A couple days ago Counter Apologist published a glowing review of An Atheist and a Christian Walk into a Bar. Counter Apologist writes:
In the last debate book review I did, I asked “So who won?” which is the kind of inevitable question you get with these kinds of books. I’m sure some theists will read it and say Randal clearly came out a head, and atheists would say Justin had the better of the exchange. Biases going into this kind of work are going to be a major part of what makes you think there was a “winner” at the end.
However the idea that there was a winner doesn’t even feel like an appropriate question to ask after reading this book. I feel that this is a testament to both the skill of the authors and to the very nature of the question being debated.
After that I ended up having a Twitter exchange with Counter Apologist in which he opined that even if theism can be rational, belief in a particular religious system cannot be. Counter Apologist then published his argument here. He writes:
Even if someone is a classical theist, I’m not sure that they can rationally make the jump from a mere theism to belief in a specific religion, like say Christianity. This would entail belief in a whole subset of contingent facts about god and how that god reveals themselves to humanity:
- God is a Trinity
- Jesus is the “Son” in that Trinity, being fully man and fully god.
- While in human form, Jesus performed miracles and was resurrected from the dead.
- The Christian Bible’s claims about god’s divine commands to humanity are accurate.
The question I have is “What rational basis does a Christian have for moving from theism to belief in these specific doctrines?”
Typically, the argument to go from theism to belief in a specific religion revolves around an argument to believe in certain historical miracle claims. For Christianity this is the argument for the resurrection of Jesus – the central belief of Christianity.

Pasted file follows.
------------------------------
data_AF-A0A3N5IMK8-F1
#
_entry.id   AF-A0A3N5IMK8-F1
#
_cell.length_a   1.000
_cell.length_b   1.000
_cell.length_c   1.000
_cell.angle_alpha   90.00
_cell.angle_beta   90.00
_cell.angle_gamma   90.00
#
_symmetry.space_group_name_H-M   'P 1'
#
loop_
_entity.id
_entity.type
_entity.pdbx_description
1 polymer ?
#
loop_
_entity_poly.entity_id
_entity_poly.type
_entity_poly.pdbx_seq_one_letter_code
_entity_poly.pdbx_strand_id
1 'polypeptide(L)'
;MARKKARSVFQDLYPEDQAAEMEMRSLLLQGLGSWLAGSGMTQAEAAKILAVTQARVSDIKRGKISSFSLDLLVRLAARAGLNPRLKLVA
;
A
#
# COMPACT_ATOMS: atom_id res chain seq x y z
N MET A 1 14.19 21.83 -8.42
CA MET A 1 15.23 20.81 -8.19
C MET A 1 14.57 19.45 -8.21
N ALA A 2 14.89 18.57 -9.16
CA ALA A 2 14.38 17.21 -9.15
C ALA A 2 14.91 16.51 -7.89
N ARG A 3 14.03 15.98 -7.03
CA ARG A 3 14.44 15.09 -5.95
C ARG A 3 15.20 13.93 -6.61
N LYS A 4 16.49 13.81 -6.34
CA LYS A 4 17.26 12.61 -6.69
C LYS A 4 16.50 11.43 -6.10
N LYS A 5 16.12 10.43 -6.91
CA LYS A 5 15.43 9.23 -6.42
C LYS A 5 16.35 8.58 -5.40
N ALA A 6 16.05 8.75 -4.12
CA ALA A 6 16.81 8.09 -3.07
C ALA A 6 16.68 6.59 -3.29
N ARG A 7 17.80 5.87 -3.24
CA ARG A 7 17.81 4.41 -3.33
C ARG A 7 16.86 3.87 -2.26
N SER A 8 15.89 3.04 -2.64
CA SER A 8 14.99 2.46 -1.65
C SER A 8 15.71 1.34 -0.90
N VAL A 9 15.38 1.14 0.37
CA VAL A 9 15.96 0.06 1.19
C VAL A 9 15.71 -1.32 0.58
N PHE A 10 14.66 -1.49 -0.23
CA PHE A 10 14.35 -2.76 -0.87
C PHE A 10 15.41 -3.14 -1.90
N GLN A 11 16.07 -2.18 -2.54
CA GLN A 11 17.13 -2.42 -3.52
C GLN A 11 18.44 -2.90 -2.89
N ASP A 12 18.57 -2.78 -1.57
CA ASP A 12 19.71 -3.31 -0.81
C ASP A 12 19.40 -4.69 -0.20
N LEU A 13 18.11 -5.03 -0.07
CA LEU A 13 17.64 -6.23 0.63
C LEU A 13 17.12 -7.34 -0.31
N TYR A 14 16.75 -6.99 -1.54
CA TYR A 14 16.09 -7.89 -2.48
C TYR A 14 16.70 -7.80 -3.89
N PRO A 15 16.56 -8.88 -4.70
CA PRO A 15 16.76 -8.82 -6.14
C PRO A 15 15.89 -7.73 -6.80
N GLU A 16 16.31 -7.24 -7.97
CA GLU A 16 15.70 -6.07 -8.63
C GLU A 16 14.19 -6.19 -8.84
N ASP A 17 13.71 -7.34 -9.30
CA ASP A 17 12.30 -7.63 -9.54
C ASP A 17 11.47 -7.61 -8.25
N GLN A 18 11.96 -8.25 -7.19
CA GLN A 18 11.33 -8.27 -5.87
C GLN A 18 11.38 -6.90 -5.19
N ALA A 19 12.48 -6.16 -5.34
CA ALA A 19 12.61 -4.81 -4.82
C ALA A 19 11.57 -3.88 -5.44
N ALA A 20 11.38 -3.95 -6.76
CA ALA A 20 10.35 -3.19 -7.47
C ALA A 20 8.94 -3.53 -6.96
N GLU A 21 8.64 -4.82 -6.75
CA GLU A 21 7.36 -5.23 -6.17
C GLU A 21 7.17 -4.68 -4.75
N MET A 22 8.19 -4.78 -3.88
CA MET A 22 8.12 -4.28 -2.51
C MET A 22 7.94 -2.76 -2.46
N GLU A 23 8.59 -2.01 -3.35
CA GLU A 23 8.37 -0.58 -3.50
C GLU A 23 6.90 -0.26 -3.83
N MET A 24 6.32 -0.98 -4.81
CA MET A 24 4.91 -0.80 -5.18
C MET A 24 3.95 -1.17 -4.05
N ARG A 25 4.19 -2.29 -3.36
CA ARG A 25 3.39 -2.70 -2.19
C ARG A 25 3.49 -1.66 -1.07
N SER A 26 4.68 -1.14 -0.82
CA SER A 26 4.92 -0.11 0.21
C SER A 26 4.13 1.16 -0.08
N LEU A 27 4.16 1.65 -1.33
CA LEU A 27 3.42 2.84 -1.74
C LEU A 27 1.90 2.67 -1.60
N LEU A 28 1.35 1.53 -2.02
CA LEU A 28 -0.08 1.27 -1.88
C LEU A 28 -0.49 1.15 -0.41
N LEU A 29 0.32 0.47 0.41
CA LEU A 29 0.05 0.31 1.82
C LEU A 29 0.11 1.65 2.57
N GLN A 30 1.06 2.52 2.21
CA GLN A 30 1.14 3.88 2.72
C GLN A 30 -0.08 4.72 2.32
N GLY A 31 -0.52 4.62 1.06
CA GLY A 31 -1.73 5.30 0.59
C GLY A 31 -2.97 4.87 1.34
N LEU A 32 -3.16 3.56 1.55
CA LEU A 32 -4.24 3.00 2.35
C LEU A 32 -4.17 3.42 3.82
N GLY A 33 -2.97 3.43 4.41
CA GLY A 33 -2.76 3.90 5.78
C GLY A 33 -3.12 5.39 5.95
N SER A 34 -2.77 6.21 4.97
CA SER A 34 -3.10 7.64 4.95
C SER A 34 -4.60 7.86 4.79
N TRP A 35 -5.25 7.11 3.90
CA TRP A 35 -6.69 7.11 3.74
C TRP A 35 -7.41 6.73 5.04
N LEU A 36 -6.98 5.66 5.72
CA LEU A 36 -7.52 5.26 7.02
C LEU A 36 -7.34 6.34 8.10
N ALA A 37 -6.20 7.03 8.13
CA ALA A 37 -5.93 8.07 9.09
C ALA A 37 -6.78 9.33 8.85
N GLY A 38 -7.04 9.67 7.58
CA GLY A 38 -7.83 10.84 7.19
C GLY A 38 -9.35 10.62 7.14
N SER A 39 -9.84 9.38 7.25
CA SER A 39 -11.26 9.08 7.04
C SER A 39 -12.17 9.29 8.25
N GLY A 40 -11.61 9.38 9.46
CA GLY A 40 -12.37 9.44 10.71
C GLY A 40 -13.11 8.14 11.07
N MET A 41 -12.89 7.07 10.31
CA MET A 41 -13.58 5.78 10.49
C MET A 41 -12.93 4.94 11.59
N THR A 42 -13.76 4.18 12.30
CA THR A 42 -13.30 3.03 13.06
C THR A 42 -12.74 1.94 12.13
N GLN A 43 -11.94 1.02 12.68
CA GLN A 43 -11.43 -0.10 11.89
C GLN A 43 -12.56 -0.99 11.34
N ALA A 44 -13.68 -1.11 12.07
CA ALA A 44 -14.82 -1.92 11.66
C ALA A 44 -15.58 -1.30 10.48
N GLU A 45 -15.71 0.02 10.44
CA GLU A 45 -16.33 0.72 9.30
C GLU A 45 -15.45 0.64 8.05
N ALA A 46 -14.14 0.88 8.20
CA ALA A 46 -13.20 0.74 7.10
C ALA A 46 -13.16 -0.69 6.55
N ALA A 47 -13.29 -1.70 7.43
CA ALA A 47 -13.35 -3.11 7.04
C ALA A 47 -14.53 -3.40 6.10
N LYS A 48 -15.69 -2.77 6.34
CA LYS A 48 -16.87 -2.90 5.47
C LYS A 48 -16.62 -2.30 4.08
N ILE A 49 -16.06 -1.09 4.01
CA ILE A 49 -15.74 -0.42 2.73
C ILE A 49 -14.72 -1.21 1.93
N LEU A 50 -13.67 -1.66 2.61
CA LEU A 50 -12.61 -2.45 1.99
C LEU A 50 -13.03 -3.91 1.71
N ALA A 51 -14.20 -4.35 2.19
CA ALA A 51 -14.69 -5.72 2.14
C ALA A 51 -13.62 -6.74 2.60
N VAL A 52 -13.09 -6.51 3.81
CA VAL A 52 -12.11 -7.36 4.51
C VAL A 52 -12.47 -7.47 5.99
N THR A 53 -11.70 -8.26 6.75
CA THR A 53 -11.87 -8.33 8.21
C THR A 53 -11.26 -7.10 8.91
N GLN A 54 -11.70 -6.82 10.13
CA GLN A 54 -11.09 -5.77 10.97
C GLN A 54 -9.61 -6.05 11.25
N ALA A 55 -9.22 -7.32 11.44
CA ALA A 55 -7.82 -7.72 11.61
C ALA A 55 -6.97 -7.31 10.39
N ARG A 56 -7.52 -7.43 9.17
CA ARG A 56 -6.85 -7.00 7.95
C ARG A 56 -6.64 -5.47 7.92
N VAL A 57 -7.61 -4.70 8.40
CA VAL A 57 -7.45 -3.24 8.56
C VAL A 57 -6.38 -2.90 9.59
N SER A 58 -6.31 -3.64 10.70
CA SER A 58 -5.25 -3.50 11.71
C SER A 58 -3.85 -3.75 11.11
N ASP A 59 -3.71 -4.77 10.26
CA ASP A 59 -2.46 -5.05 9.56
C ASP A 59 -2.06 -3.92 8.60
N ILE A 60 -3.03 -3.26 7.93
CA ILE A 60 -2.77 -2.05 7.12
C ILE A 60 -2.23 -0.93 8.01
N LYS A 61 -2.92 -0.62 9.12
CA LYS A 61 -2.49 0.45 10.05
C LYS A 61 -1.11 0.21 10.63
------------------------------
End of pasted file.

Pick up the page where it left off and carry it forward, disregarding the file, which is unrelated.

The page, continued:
This description makes it seem as if folks begin with a commitment to classical theism or some other sophisticated philosophical conception of God. And then they marshal evidence for a specific miracle claim and proceed to reason via inference to the best explanation that positing a richer nexus of theological claims best explains the putative miracle event.
Unfortunately, that’s not at all how most folks adopt particular religious beliefs. Rather, they do so through testimonial acquisition and a complex process of reflective equilibrium. Interestingly, I provide a defense of the process of testimony in grounding religious belief (and belief generally) in An Atheist and a Christian Walk into a Bar. See also my discussion of epistemology in The Swedish Atheist, the Scuba Diver, and Other Apologetic Rabbit Trails. And I provide a snapshot of broader reflective equilibrium in God or Godless where I briefly outline several lines of supporting intuitive evidence and experience including the perceived link between God and meaning and the experience of sign miracles in one’s life.
Bottom line, a critique of the rationality of particular subsets of worldviews must begin by examining the way that folks actually form those worldview beliefs, whether that worldview is Christian, Muslim, naturalistic, humanistic, pluralistic, or anything else.
Beyond that I’ll hand the baton to David Marshall who offers an extensive critical engagement with Counter Apologist here.